Sunday, December 6, 2009

Scrum Introduction at RailsCamp

I did end up giving a talk at RailsCamp on Scrum. I'd had a few conversations about client management the previous day so I pitched it at a reasonably introductory level. The audience that showed up was probably about half familiar with scrum and half not. I think we got through a pretty good overview of the Scrum process and the experienced folks caused a lot of really interesting discussion.

View more presentations from breccan.

During the talk estimating/sprint size and client trust became a significant part of the discussion. A number of people had issues with picking an amount of work and suggesting that that amount of work should be concrete for the sprint. I mentioned a few ways of minimising or accepting this and there are probably many other methods:

  • Set stretch targets at sprint planning by putting some targets in the sprint at the bottom of the sprint backlog. This way there's something to do if you run out, they should only be done if you really finish the other tasks and there's no penalty for not reaching them.
  • Regardless of having slightly less work, there's almost always something else for developers to be doing. From refactoring time to working on side projects there's never likely to be a shortage of work.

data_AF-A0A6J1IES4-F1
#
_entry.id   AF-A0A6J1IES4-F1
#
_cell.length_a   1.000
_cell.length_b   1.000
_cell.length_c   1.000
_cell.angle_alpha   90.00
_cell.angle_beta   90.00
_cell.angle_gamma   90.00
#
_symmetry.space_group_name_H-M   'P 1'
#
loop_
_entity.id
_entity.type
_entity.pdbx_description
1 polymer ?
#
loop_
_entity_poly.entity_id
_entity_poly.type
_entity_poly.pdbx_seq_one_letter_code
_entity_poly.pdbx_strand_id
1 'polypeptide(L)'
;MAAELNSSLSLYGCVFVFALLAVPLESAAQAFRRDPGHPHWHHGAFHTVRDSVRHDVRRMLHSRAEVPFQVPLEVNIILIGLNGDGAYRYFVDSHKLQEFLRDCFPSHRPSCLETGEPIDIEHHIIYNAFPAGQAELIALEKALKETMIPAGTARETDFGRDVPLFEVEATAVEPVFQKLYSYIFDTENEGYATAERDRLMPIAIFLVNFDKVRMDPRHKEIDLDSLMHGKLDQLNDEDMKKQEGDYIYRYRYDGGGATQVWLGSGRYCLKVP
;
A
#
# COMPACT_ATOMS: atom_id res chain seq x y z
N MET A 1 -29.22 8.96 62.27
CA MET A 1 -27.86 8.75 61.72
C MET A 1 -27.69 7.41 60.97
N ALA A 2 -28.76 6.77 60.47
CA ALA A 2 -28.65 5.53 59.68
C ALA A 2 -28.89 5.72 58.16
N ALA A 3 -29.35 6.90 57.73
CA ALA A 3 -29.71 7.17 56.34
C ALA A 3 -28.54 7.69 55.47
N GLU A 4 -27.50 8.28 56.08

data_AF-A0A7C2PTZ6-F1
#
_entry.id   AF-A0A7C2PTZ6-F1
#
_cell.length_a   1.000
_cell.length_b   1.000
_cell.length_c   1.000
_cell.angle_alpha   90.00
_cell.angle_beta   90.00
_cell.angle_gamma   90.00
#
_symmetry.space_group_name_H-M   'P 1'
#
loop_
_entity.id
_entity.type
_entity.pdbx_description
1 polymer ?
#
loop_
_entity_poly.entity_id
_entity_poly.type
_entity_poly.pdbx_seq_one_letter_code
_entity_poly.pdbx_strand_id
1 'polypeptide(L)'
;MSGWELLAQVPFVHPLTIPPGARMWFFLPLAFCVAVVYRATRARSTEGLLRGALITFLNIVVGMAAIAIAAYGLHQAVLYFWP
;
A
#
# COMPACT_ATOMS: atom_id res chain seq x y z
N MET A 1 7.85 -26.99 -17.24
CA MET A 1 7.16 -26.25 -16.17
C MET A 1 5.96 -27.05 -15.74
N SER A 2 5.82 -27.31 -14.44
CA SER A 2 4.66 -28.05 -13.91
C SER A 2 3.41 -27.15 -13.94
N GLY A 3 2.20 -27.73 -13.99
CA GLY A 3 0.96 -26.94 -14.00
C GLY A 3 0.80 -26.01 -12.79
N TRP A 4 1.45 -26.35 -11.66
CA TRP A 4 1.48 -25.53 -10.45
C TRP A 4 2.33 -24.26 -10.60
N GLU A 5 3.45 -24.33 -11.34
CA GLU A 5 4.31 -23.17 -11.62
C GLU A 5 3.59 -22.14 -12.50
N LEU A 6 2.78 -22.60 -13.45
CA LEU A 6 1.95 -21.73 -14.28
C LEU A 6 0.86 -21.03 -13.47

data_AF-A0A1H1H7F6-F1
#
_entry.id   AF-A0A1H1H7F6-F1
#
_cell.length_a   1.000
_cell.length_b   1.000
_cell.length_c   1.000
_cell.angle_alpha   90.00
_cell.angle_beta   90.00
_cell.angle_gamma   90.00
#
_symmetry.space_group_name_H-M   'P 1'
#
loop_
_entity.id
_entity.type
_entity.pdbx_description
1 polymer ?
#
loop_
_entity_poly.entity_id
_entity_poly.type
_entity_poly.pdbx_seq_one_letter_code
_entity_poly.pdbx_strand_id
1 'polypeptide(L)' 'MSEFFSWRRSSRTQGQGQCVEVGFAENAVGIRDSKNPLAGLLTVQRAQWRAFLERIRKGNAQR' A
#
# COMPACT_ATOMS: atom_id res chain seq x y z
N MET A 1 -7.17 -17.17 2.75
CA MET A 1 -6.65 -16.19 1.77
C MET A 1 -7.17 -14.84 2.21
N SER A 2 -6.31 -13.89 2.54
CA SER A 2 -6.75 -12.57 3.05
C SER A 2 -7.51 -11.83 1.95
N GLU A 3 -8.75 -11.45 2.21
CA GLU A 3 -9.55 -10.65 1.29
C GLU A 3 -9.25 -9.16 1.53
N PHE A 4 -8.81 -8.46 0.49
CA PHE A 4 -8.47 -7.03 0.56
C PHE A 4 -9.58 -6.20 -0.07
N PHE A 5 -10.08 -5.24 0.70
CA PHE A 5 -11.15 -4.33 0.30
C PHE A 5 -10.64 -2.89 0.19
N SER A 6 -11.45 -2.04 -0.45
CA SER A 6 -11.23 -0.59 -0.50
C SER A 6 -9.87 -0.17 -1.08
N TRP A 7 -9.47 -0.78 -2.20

• Clients are going to be happy with consistent work and meeting the goals they've started with. If velocity needs to change that should be worked out before the sprint.
  • Developers are most likely going to be happier if rules agreed on at the beginning of the process are kept throughout, changing things at odd times is likely to have odd flow on effects.
  • Any change to these rules can be easily addressed according to team desires during the retrospectives and planning for the next sprint.
My general belief is that by maintaining consistency in process and methods, clients and teams will have a more comfortable feel for what's happening in the project. All parties are likely to trust each other more. Parties that trust each other(where the trust is justified) are more productive than groups that are trying work everything through an adversarial state of requirements and contract negotiation. Scrum occupies a similar position in development to manners in general society by allowing people to have a set of behaviours that allow for smooth communication without intimate knowledge of each other.

The talk also spawned a talk on Kanban a project management system with some interesting properties that I might blog about sometime(it also has inbuilt support in cucumber).